Forest Reserves and Local Rights: German East Africa's Mt. Kilimanjaro,
By Robert Munson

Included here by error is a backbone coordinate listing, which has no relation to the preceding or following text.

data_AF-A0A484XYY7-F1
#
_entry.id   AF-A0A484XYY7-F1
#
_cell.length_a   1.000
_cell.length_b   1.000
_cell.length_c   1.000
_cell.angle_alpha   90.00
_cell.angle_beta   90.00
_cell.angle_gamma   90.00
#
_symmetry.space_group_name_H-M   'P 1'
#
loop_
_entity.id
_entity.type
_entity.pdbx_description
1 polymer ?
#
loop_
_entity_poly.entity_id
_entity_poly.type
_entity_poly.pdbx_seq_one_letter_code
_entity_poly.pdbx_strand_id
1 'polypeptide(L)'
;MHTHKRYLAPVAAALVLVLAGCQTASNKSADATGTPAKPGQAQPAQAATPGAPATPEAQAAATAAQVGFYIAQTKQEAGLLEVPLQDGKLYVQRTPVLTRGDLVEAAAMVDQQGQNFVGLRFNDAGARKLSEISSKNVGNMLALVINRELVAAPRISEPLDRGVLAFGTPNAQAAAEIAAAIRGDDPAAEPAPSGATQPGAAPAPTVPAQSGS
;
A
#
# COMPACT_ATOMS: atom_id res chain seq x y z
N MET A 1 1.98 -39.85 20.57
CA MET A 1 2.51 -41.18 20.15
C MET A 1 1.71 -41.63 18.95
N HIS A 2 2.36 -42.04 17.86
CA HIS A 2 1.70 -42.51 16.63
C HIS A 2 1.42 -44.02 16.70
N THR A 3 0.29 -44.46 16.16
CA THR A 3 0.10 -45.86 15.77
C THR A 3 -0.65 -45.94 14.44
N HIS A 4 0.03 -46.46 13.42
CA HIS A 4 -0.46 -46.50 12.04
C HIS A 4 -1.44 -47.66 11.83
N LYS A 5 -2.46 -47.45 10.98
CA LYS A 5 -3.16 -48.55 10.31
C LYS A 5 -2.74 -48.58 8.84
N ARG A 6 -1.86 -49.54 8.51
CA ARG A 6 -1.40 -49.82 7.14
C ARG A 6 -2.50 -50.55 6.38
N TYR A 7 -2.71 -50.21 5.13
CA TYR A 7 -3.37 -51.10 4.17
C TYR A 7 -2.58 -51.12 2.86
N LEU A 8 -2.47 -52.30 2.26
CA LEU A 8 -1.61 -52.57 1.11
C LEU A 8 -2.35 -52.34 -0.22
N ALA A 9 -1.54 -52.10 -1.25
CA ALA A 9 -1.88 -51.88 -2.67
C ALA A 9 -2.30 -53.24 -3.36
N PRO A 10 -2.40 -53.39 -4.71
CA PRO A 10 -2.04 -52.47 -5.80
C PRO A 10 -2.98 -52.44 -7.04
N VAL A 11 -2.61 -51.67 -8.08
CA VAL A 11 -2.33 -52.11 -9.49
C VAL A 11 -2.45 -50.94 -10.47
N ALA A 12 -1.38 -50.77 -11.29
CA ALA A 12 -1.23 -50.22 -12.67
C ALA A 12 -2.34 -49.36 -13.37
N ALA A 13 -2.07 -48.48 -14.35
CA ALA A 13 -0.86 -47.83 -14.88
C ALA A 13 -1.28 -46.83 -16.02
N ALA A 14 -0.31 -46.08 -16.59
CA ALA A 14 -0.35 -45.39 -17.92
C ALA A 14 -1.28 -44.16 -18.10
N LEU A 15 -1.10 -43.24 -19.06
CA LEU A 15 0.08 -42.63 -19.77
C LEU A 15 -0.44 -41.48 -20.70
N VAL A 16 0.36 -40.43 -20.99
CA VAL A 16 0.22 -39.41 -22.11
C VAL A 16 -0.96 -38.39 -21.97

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Introduction. Environmental history tells the stories of human interactions with the environment; the profound episodes of intervention that trigger major transformations of the environment as well as the less evident, but still important, interactions that subtly shape the physical landscape. The German-Chagga contest over the rights to the forests on Mt. Kilimanjaro in the early colonial period is an example of the latter's less dramatic interaction between two cultures and their shared environment that nevertheless shaped the slopes of Kilimanjaro. From the arrival of the German colonial government on Kilimanjaro in 1889 to their eviction in 1916, the Germans worked to create a system to preserve the forests. The German efforts and the response of the Chagga set the stage for the subsequent colonial-African interaction on the mountain, and the basic framework set in place by the Germans remains important even today. Although the German foresters' story is fairly straightforward to discover (as they left behind many written records), the full history of German forestry on Mt. Kilimanjaro still needs to be told. The Chagga side is more difficult to piece together, in part because the early twentieth-century Chagga and their European observers did not consider forest resources to be a critical environmental issue, and thus sources rarely mention the forests. What was written, however, suggests some ways in which they dealt with this important issue.